Dear Calendar People Here I show how cycles where the leap years are spread as smoothly as possible are composed of parts that form similar cycles of structural complexity of 1 less than the structural complexity of the whole cycle. I hope it shows some of
you the structure I see in the structural complexity. First I show it with the leap week cycle of 71 leap years in 400 years. Then with the leap month cycle of 383 leap years in 1040 years.
The cycle (71/400) has complexity 5. It divides into two parts, which as cycles have complexity 4. They are (41/231) and (30/169). The (41/231) is what one gets if one applies an ISOlike week rule to the 33years cycle of 8 leap years. So (71/400) divides into one (41/231) and one (30/169) both of complexity 4. (41/231) divides into three (11/62) and one (8/45) both of complexity 3. (30/169) divides into two (11/62) and one (8/45). (11/62) divides into three (3/17) and one (2/11) both of complexity 2. (8/45) divides into two (3/17) and one (2/11). (3/17) divides into two (1/6) and one (1/5) both of complexity 1. (2/11) divides into one (1/6) and one (1/5). The cycle (383/1040) also has complexity 5. (383/1040) divides into two (130/353) and one (123/334) both of complexity 4. (123/334) divides into sixteen (7/19) and one (11/30) both of complexity 3. (130/353) divides into seventeen (7/19) and one (11/30). (11/30) divides into two (4/11) and one (3/8) both of complexity 2. (7/19) divides into one (4/11) and one (3/8). (4/11) divides into three (1/3) and one (1/2) both of complexity 1. (3/8) divides into two (1/3) and one (1/2). Each case provides an upper and lower approximation to the whole cycle at each lower complexity: 1/6 <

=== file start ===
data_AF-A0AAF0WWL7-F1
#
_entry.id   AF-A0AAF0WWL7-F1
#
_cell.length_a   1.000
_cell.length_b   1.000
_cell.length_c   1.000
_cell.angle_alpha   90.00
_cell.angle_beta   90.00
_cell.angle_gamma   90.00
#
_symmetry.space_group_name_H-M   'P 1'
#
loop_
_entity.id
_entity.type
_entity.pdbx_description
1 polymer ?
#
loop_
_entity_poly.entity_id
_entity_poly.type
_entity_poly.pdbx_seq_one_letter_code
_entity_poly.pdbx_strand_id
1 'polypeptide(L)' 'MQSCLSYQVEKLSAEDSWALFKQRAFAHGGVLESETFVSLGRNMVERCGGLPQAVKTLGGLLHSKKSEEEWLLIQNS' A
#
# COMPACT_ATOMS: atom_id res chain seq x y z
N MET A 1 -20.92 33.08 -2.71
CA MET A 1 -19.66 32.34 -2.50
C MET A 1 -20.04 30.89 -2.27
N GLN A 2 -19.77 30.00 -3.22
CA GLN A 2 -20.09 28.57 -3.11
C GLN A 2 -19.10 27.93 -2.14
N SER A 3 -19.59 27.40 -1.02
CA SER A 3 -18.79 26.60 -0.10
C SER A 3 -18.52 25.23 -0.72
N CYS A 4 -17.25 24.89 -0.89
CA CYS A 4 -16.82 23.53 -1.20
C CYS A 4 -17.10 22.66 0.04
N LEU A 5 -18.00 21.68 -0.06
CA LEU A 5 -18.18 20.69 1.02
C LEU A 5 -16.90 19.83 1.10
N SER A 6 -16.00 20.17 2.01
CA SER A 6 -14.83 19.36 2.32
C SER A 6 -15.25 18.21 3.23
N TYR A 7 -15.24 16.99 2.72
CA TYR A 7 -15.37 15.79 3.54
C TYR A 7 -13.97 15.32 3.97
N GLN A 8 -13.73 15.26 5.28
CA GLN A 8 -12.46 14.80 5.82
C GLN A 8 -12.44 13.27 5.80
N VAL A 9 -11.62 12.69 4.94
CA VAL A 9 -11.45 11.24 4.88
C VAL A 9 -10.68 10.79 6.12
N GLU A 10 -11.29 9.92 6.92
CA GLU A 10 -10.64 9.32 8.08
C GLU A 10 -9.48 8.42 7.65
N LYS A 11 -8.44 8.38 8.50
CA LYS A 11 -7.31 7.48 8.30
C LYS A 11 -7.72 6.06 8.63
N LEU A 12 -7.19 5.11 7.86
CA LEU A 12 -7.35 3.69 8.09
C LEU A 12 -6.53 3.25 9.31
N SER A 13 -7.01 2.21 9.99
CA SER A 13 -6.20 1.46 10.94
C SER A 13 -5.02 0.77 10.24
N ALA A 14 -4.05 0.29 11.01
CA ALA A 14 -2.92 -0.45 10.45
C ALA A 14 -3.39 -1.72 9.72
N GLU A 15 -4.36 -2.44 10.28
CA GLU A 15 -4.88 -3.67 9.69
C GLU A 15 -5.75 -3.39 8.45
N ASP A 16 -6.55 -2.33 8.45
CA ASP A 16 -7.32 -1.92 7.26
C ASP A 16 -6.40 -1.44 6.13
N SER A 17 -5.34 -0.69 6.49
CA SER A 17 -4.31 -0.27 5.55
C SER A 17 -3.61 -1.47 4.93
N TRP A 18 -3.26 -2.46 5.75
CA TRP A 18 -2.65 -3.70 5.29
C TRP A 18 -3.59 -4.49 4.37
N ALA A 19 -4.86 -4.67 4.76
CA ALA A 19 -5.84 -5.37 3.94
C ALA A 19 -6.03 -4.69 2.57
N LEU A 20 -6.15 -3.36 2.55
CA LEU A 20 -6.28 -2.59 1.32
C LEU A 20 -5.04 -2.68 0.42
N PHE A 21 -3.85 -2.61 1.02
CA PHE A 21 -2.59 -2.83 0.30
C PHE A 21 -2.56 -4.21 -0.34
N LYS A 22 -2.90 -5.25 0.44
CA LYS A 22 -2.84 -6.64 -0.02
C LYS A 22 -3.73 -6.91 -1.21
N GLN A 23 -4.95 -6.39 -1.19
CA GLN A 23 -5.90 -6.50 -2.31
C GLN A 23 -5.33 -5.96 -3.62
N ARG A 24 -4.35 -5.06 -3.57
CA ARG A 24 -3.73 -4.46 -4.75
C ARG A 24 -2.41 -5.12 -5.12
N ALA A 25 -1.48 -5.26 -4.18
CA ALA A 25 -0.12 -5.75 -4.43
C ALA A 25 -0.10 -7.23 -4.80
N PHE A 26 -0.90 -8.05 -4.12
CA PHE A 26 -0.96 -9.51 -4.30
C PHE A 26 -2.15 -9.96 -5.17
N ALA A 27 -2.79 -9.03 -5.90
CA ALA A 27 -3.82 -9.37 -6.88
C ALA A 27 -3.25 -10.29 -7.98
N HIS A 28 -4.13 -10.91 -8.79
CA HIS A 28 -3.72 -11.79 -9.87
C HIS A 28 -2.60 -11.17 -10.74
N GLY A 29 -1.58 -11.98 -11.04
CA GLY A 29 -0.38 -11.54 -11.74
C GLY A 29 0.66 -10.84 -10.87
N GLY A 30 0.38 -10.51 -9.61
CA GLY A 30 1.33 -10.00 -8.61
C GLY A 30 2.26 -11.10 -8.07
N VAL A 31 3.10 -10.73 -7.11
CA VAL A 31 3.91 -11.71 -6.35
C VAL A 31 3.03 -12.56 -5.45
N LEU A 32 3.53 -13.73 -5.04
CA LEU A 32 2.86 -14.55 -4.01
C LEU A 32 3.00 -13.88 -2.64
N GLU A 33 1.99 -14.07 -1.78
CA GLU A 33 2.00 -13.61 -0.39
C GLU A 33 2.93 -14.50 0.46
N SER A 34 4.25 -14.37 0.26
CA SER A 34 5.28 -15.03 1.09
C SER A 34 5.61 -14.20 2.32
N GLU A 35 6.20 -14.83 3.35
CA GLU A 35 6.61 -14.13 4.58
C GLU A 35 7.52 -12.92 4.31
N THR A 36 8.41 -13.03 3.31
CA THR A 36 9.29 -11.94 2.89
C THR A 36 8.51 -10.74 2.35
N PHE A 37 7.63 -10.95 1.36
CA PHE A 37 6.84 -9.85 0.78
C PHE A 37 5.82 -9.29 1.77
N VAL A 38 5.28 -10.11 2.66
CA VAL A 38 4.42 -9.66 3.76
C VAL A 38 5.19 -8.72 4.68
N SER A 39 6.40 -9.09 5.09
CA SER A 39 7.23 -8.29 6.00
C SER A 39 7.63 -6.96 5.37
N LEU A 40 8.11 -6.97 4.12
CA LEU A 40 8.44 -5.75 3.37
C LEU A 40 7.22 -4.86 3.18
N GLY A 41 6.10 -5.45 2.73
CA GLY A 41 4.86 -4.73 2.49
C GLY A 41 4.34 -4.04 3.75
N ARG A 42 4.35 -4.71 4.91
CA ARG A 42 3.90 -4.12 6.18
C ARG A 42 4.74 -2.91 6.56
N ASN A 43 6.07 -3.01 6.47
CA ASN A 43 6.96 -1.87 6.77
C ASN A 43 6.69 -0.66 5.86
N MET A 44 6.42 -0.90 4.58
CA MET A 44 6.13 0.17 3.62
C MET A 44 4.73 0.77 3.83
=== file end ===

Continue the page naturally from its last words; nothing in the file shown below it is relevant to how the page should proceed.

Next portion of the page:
3/17 < 11/62 < 41/231 < 71/400 1/5 > 2/11 > 8/45 > 30/169 > 71/400 1/3 <
4/11 < 11/30 < 123/334 < 383/1040 1/2 > 3/8 > 7/19 >
130/353 > 383/1040 Here I mark the majority cycles in bold. I believe all the continued fraction convergents are included here and all the majority cycles are c.f. convergents and some of the minority cycles may also be c.f. convergents. For the 293year leap week cycle of 52 leap years (complexity 4) we have: 1/6 <
3/17 < 11/62 < 52/293 1/5 > 2/11 > 8/45 > 52/293
Karl 16(16(10 
Hi Karl and calendar people, I wrote the attached Perl program (quite a while ago) to calculate exactly such cycles.In order to better see patterns, by default it prints numbers smaller than 62 as a single digit or letters, where 1035 are represented by the letters AZ and 3661 as az. Use the flag "n" to show numbers explicitly.On Tue, Nov 28, 2017 at 2:57 PM, Karl Palmen <[hidden email]> wrote:
 Amos Shapir
leap.pl (1K) Download Attachment